17.2     When appointing new staff, schools and colleges must

  • verify a candidate’s identity. Identification checking guidelines can be found on the GOV.UK website;
  • obtain (via the applicant) an enhanced DBS certificate (including barred list information, for those who will be engaging in regulated activity);
  • obtain a separate barred list check if an individual will start work in regulated activity before the DBS certificate is available;
  • the school needs to ensure that appropriate checks are carried out to ensure that individuals are not disqualified under the Childcare (Disqualification) Regulations 2009.
  • verify the candidate’s mental and physical fitness to carry out their work responsibilities. A job applicant can be asked relevant questions about disability and health in order to establish whether they have the physical and mental capacity for the specific role;
  • verify the person’s right to work in the UK. If there is uncertainty about whether an individual needs permission to work in the UK, then prospective employers, or volunteer managers, should follow advice on the GOV.UK website;
  • if the person has lived or worked outside the UK, make any further checks the school or college consider appropriate and
  • verify professional qualifications, as appropriate.
  • Carry out prohibition check for all staff with QTS


Further guidance can be found in Keeping Children Safe in Education Pg. 26





Single central record

18.1     Schools and colleges must keep a single central record. The single central record must cover the following people:

  • all staff (including supply staff, and teacher trainees on salaried routes) who work at the school: in colleges, this means those providing education to children; and
  • The information that must be recorded in respect of staff members (including teacher trainees on salaried routes) is whether the following checks have been carried out or certificates obtained, and the date on which each check was completed/certificate obtained:
  • an identity check;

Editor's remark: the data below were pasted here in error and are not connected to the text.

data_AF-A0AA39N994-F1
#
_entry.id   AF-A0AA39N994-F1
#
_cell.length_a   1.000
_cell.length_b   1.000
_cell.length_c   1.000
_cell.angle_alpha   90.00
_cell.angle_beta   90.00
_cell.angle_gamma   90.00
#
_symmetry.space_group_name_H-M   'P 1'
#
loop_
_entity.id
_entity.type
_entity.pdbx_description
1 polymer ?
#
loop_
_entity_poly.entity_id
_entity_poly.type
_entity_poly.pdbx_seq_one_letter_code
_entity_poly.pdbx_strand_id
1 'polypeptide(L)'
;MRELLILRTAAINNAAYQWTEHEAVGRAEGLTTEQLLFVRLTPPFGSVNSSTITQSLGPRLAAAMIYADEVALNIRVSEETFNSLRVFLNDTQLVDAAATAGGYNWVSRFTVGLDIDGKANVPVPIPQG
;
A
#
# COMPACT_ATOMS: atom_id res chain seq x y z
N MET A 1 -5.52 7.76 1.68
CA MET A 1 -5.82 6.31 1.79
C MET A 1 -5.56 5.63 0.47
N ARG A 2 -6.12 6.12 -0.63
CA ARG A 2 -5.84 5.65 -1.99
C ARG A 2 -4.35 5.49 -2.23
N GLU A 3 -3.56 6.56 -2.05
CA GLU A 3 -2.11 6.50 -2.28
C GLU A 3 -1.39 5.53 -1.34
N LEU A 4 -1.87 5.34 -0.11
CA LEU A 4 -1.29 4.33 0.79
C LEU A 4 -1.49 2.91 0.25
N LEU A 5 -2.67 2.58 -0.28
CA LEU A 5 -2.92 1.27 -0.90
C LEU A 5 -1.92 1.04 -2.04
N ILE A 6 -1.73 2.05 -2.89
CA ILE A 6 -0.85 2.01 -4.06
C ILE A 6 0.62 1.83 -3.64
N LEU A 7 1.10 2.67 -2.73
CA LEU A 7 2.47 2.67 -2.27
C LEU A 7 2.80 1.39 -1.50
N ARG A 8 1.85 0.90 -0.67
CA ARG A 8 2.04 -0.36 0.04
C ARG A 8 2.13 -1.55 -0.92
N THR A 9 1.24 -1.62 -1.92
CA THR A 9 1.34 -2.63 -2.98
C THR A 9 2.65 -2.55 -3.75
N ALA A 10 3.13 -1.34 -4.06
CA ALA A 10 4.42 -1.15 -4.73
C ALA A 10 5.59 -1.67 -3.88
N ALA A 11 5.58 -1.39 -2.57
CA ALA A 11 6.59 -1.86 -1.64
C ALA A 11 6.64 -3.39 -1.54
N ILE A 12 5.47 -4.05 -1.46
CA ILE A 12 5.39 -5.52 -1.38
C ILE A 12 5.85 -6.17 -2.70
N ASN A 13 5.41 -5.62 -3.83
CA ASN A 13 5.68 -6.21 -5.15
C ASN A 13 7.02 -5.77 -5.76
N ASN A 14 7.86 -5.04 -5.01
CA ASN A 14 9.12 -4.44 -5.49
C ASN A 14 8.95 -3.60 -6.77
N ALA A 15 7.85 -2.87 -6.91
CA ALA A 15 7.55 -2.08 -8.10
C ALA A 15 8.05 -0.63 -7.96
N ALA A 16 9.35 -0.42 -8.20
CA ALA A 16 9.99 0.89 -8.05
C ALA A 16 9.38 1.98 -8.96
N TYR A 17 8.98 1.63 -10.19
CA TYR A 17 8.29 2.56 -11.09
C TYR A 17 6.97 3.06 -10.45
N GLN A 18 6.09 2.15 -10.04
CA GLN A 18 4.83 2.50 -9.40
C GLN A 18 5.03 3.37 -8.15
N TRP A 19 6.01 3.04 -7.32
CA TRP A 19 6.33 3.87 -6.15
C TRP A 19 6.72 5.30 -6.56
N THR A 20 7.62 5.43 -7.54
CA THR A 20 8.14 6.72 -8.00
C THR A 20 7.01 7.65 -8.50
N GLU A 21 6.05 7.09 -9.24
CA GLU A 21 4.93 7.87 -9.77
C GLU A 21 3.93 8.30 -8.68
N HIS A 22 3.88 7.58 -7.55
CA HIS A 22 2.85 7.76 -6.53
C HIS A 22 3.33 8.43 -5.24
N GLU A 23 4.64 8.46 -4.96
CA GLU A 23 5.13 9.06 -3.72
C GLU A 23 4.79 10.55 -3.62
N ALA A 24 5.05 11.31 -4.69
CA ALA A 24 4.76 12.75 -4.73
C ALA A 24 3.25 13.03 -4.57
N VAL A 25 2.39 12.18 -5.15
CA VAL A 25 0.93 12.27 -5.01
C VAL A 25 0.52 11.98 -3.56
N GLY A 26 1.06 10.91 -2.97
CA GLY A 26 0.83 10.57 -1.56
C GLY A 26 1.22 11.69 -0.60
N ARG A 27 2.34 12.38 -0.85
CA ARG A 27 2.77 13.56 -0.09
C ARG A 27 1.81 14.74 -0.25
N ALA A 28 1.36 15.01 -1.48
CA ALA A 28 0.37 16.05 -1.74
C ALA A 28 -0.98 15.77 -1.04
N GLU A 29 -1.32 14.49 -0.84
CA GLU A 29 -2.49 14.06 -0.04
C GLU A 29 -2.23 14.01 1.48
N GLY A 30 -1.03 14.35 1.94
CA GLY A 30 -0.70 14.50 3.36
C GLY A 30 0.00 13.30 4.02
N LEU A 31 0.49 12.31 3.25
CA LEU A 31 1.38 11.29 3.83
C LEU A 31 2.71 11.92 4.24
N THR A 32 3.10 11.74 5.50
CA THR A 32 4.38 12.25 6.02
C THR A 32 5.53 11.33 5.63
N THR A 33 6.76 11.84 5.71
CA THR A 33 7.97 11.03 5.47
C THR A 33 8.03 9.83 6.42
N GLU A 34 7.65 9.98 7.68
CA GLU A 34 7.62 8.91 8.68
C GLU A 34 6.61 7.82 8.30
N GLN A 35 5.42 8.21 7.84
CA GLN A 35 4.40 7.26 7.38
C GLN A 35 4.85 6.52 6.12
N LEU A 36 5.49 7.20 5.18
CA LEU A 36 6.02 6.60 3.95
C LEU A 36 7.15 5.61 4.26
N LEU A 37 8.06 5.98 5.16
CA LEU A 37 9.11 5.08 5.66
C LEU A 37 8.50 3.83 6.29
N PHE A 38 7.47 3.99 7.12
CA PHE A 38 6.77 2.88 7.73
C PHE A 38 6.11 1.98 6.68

• a barred list check;
  • an enhanced DBS check/certificate;
  • a prohibition from teaching check;
  • further checks on people who have lived or worked outside the UK; this would include recording checks for those EEA teacher sanctions and restrictions
  • a check of professional qualifications; and
  • a check to establish the person’s right to work in the United Kingdom.

18.2     For supply staff, schools should also include whether written confirmation that the employment business supplying the member of supply staff has carried out the relevant checks and obtained the appropriate certificates, whether any enhanced DBS check certificate has been provided in respect of the member of supply staff, and the date that confirmation was received

18.3     Maintained school governors

Governors in maintained schools are required to have an enhanced criminal records certificate from the DBS. It is the responsibility of the governing body to apply for the certificate for any of their governors who does not already have one. Governance is not a regulated activity and so they do not need a barred list check unless, in addition to their governance duties, they also engage in regulated activity
18.4     The SCR shall be updated in the light of any further legislation. In this school the SCR is maintained by office manager Joanne McLaughlin, with support from the designated safeguarding lead and deputy.







Flowchart of Disclosure and Barring Service criminal record checks and barred list checks